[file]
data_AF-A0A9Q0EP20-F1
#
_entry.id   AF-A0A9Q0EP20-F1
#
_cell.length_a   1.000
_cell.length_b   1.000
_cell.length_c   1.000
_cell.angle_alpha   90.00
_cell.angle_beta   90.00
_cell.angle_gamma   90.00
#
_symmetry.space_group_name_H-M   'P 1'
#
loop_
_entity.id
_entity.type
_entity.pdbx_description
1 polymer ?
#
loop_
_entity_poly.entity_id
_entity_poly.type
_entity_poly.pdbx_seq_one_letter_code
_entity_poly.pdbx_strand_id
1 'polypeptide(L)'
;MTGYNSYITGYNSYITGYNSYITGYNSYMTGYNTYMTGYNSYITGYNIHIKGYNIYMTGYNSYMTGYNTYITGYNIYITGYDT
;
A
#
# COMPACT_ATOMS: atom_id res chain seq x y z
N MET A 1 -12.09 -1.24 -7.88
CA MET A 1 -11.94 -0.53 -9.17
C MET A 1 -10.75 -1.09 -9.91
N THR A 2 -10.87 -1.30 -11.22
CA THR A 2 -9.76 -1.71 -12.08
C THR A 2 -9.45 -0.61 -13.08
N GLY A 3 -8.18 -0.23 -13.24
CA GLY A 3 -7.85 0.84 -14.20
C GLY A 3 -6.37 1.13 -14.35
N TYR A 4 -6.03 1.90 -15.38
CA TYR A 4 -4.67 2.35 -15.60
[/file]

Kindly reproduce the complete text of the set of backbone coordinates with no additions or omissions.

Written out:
data_AF-A0A9Q0EP20-F1
#
_entry.id   AF-A0A9Q0EP20-F1
#
_cell.length_a   1.000
_cell.length_b   1.000
_cell.length_c   1.000
_cell.angle_alpha   90.00
_cell.angle_beta   90.00
_cell.angle_gamma   90.00
#
_symmetry.space_group_name_H-M   'P 1'
#
loop_
_entity.id
_entity.type
_entity.pdbx_description
1 polymer ?
#
loop_
_entity_poly.entity_id
_entity_poly.type
_entity_poly.pdbx_seq_one_letter_code
_entity_poly.pdbx_strand_id
1 'polypeptide(L)'
;MTGYNSYITGYNSYITGYNSYITGYNSYMTGYNTYMTGYNSYITGYNIHIKGYNIYMTGYNSYMTGYNTYITGYNIYITGYDT
;
A
#
# COMPACT_ATOMS: atom_id res chain seq x y z
N MET A 1 -12.09 -1.24 -7.88
CA MET A 1 -11.94 -0.53 -9.17
C MET A 1 -10.75 -1.09 -9.91
N THR A 2 -10.87 -1.30 -11.22
CA THR A 2 -9.76 -1.71 -12.08
C THR A 2 -9.45 -0.61 -13.08
N GLY A 3 -8.18 -0.23 -13.24
CA GLY A 3 -7.85 0.84 -14.20
C GLY A 3 -6.37 1.13 -14.35
N TYR A 4 -6.03 1.90 -15.38
CA TYR A 4 -4.67 2.35 -15.60